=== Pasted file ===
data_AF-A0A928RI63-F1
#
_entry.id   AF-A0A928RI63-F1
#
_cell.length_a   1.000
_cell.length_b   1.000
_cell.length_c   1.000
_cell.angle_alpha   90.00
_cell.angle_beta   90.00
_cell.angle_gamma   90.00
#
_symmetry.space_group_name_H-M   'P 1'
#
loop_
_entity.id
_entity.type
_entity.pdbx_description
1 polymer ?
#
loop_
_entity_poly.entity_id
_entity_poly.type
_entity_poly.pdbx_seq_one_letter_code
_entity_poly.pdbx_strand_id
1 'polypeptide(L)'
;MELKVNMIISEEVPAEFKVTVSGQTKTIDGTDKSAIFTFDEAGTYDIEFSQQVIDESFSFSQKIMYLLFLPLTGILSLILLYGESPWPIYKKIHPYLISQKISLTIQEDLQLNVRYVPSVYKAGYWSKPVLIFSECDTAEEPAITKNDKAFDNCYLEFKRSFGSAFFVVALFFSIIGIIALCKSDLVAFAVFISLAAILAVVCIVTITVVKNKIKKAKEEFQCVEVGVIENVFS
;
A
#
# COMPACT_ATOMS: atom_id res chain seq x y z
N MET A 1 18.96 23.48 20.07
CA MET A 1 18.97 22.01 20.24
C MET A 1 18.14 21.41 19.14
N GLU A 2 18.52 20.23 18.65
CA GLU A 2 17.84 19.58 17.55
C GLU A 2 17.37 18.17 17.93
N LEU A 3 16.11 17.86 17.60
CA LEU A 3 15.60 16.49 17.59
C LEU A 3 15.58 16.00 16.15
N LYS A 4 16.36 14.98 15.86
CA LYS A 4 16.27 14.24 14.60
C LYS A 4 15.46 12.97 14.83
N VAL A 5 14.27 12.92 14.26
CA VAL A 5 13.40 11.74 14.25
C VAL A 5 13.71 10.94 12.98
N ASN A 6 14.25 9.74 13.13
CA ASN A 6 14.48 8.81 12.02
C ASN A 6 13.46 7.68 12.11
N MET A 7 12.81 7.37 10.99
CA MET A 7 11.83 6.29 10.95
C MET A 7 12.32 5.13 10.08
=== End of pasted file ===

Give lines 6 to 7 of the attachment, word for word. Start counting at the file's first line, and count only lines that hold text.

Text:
_cell.length_b   1.000
_cell.length_c   1.000